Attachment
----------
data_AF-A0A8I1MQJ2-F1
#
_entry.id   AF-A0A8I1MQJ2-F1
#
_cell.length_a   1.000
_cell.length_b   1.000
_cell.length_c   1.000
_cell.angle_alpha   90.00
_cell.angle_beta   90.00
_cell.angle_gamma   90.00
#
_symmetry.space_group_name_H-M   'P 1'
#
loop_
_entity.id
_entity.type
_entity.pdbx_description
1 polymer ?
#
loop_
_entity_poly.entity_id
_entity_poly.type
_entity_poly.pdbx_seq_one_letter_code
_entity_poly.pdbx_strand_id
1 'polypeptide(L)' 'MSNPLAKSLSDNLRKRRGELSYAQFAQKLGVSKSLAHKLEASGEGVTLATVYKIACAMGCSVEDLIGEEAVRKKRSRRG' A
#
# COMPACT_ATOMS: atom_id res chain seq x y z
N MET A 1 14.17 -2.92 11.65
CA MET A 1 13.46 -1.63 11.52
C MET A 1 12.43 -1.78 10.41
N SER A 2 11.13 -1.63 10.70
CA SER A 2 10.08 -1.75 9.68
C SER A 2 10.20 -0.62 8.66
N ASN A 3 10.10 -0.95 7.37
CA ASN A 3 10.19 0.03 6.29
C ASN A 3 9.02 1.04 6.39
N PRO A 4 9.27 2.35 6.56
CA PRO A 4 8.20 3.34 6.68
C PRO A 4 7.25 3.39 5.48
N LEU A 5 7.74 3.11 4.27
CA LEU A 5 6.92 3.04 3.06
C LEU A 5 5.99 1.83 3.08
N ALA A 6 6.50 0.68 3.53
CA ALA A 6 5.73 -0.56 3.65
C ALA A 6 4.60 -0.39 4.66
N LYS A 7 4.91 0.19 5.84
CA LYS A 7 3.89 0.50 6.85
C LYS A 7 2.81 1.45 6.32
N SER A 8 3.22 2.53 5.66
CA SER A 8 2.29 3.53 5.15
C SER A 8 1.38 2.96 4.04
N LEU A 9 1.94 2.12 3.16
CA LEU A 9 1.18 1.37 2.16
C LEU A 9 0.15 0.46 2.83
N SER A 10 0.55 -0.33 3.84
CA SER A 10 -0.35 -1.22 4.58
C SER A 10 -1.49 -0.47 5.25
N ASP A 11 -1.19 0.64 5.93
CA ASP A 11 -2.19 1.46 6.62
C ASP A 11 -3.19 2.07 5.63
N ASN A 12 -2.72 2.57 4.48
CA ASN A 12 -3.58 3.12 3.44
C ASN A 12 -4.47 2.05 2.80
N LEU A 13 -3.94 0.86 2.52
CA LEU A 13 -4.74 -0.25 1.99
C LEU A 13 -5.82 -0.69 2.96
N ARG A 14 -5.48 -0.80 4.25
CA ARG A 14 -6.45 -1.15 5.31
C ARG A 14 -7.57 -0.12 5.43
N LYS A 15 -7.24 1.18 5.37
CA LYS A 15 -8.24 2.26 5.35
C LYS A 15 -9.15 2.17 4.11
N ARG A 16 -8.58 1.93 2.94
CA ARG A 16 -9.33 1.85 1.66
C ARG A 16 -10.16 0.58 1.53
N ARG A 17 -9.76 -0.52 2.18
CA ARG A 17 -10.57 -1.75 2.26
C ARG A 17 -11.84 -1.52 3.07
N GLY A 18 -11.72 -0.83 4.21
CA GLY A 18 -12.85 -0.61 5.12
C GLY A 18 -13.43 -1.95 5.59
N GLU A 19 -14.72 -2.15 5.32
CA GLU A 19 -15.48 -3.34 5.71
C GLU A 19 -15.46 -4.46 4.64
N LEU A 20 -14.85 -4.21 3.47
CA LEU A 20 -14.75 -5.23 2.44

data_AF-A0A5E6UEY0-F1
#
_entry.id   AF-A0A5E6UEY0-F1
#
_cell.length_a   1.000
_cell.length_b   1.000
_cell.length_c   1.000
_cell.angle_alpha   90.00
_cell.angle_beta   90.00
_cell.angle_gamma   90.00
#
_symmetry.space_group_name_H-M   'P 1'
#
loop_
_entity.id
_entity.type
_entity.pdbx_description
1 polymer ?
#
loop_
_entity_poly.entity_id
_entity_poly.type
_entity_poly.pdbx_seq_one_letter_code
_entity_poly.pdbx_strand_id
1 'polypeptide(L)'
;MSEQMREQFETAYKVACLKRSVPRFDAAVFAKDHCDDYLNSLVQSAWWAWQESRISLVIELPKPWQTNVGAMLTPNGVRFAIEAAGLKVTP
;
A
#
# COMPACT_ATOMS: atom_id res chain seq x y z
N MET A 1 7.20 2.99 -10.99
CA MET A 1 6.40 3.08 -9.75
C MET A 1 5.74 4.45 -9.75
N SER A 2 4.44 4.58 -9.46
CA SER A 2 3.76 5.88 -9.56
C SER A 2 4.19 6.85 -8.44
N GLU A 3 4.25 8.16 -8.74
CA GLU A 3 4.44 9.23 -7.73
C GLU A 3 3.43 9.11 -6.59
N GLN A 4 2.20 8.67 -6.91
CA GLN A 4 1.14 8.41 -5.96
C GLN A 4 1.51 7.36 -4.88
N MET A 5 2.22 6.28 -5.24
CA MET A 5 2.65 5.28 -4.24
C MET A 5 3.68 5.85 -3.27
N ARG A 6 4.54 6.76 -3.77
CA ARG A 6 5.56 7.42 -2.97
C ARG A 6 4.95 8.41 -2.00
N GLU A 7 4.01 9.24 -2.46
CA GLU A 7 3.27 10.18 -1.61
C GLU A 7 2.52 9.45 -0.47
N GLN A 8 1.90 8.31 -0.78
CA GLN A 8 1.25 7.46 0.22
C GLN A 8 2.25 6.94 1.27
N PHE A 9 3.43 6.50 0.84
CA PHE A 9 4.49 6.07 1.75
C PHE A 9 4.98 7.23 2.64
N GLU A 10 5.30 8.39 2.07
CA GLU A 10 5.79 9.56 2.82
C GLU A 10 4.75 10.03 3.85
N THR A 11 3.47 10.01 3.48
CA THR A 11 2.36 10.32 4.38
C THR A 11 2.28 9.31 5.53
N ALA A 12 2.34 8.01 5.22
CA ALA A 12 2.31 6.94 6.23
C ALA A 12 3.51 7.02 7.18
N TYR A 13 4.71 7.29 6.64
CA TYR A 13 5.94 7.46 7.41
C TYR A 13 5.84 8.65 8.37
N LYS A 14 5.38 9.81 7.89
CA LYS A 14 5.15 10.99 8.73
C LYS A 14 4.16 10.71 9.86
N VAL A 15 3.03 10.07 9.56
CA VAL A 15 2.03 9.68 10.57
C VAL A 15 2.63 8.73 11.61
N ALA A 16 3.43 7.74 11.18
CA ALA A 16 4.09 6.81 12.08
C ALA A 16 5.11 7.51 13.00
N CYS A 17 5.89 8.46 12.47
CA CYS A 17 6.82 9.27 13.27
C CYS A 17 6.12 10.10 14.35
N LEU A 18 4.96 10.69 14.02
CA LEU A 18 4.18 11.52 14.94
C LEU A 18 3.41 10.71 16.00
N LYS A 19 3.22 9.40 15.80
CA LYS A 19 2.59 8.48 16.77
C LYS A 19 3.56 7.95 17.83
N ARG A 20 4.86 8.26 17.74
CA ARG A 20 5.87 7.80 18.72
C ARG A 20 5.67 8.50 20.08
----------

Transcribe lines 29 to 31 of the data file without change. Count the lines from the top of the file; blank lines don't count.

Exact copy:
CA MET A 1 13.46 -1.63 11.52
C MET A 1 12.43 -1.78 10.41
N SER A 2 11.13 -1.63 10.70